Hi,
Quite a nice water heater -- looks like it can also be heated with engine coolant?

I've measured as high as 59 amps from the alternator to the house battery on startup in the morning when the house battery was down to about half charge. My batteries are 220 ah flooded lead acid golf cart (not AGM), so I'd think you would get more than this on your AGM with the lower internal resistance? Mine has a 50 amp breaker, which did not trip because the 59 amps settles down to about 40 amps within a minute.

You may have already looked these up, but just in case:
At 80 amps, your 8+8 ft of #6 woould have a voltage drop of 0.52 volts.
Handy calculator: http://www.bulkwire.com/wireresistance.asp So, as you say, this will lower the charge rate some.

#6 wire with 90C insulation has an ampacity of 75 amps -- pretty close to your 80 amp fuse and likely OK for your test, but I'd keep an eye on it.
http://www.cerrowire.com/ampacity-charts


If you are heating (say) 4 gallons water from 60F to 120F, it takes
(4 gal)(8.33lb/gal)(120F - 60F)(1 BTU/lb-F) = 2,000 BTU

2000 BTU is 0.6 KWH or about 48 amp-hr.
Maybe 10% more than this is if you allow for inverter inefficiency?
So, seems like on occasion using the battery to heat should be OK?
Maybe also keep an eye out for the battery heating up and for gassing even thou its an AGM.

Would like to hear how your test comes out.

Gary
 

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Discussion Starter · #10 ·
Thanks GaryBIS
I agree with everything you say. I have used Isotemp water heaters on boats for years and yes engine coolant can do the work. Because coolant can heat the water to almost 200 degrees F the heaters come standard with an adjustable mixing valve. I do not use the engine coolant heat on my set-up.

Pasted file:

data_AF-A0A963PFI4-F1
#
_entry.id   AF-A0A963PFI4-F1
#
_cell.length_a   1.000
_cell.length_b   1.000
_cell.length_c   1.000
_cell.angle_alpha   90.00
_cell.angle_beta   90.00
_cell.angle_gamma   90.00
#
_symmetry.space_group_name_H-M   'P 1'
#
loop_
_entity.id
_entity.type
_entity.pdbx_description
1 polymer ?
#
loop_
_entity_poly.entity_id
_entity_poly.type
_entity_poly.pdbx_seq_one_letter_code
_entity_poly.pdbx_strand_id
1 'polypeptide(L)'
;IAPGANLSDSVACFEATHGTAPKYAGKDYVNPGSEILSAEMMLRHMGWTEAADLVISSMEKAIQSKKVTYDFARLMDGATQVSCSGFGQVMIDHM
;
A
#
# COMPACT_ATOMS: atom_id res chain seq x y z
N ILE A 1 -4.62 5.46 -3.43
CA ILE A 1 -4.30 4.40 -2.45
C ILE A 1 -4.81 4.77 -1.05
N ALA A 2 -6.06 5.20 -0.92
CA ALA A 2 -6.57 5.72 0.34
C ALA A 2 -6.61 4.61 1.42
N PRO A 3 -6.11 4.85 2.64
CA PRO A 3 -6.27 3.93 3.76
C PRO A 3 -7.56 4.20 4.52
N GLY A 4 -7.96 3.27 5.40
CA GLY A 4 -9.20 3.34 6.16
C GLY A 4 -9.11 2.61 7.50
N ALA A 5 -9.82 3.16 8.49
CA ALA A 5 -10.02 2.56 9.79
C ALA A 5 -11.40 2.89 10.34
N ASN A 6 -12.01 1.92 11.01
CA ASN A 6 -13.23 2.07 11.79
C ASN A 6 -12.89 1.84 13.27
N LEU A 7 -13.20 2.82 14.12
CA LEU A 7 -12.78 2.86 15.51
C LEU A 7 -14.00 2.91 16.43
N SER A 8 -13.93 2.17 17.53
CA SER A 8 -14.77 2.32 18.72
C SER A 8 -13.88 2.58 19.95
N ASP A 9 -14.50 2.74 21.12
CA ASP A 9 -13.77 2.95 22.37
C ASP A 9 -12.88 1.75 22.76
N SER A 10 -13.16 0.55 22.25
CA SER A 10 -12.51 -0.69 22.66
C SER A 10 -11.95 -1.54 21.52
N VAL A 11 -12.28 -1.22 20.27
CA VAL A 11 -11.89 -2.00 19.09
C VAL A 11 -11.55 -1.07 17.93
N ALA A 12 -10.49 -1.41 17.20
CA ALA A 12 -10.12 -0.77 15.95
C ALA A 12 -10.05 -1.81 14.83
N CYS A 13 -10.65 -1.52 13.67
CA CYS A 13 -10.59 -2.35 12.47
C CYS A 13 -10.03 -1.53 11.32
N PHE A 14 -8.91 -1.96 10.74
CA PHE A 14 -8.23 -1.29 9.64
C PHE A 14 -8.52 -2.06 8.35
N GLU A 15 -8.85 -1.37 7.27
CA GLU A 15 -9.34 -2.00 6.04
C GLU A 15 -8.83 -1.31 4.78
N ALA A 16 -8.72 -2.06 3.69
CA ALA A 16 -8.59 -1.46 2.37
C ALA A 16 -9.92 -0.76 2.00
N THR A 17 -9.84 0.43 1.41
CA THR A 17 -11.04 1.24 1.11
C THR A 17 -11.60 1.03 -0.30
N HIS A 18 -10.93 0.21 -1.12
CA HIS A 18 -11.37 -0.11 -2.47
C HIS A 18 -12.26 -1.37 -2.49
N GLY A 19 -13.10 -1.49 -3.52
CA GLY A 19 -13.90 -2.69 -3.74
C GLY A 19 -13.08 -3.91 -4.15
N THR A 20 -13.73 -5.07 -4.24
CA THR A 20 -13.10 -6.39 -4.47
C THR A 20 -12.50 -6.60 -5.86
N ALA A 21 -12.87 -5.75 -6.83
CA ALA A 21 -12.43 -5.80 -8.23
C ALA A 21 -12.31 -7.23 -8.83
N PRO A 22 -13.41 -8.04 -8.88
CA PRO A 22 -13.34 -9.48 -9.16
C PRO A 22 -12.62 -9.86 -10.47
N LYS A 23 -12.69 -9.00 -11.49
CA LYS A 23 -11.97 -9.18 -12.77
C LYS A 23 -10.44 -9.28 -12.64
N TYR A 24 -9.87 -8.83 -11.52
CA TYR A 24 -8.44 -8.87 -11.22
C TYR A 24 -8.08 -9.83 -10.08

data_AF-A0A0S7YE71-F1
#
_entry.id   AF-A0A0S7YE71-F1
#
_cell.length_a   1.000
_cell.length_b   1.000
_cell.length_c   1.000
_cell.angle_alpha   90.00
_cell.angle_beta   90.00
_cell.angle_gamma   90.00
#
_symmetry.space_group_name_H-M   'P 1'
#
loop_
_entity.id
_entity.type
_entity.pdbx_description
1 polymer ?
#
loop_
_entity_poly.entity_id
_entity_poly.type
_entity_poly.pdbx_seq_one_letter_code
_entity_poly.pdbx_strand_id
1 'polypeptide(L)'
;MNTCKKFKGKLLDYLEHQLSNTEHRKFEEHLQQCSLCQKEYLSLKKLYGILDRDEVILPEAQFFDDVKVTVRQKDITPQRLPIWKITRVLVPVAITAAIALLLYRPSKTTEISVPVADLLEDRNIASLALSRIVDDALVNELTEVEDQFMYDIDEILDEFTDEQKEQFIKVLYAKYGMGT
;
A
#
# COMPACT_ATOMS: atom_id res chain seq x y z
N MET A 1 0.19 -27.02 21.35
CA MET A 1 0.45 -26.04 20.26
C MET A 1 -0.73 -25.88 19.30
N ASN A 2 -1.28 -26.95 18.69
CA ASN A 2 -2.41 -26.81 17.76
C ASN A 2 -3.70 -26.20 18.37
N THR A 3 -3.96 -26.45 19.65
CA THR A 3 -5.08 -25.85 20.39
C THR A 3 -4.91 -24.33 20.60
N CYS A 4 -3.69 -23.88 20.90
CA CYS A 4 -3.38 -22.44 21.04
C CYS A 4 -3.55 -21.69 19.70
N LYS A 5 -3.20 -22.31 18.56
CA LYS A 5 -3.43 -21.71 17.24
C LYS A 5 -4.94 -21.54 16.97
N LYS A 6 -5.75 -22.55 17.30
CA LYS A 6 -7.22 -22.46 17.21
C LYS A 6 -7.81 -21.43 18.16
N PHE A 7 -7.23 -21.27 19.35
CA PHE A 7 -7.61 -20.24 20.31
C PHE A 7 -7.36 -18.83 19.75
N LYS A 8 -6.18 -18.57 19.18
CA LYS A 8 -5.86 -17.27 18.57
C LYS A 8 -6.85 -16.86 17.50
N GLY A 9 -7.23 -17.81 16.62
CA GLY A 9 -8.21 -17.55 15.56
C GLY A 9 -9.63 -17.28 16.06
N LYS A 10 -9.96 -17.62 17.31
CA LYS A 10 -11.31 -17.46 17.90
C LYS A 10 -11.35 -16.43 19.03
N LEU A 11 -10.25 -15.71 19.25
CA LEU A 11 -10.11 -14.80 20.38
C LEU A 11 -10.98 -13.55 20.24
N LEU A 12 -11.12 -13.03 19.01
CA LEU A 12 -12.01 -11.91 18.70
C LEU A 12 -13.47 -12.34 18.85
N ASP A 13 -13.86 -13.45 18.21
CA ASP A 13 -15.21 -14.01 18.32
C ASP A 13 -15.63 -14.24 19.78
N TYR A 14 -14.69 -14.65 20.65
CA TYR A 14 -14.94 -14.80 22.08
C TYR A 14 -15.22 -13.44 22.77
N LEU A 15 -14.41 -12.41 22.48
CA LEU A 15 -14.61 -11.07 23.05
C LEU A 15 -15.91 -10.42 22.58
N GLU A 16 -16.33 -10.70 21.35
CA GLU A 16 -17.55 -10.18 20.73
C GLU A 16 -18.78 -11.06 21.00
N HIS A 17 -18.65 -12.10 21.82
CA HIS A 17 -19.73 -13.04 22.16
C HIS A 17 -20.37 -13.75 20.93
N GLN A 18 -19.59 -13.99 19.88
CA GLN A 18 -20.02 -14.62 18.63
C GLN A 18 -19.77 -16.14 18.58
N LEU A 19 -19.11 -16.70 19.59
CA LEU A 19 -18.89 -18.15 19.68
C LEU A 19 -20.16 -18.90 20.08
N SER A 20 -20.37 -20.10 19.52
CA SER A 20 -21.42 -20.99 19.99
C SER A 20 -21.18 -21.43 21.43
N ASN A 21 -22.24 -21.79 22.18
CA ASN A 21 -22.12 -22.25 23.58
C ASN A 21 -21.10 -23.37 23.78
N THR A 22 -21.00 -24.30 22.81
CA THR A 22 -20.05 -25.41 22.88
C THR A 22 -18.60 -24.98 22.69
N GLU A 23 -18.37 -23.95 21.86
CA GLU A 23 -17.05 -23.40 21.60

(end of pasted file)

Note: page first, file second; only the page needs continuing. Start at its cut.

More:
Yes, I use the number 6 wire to temper the initial surge so it is easier on the contacts of the combining relay. I have used the BlueSea voltage controlled relay in several applications and find them totally reliable. Your calculations about agree with mine but I will not have a chance to use the engine running heat via the inverter test for several days
 

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I have used Isotemp water heaters on boats for years and yes engine coolant can do the work. Because coolant can heat the water to almost 200 degrees F the heaters come standard with an adjustable mixing valve. I do not use the engine coolant heat on my set up.
I used Isotemp water heater on a previous diesel camper and 2 sailboats and I'm installing one in my gas Promaster. Have you figured out where to connect the Isotemp to the Promaster cooling system yet?
 

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I have no experience with such heaters but if there is an option to use the coolant to heat the water that is the Cats Meow!
Any chance a 12 volt heat coil is available at roughly half the wattage so the water gets hot but the amperage is reasonable say an 800 or 1000 watt one so the current would be 70 to 80 amps at 12 volts? Much easier on the battery and no inverter losses?
 

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Any chance a 12 volt heat coil is available at roughly half the wattage so the water gets hot but the amperage is reasonable say an 800 or 1000 watt one so the current would be 70 to 80 watts at 12 volts? Much easier on the battery and no inverter losses?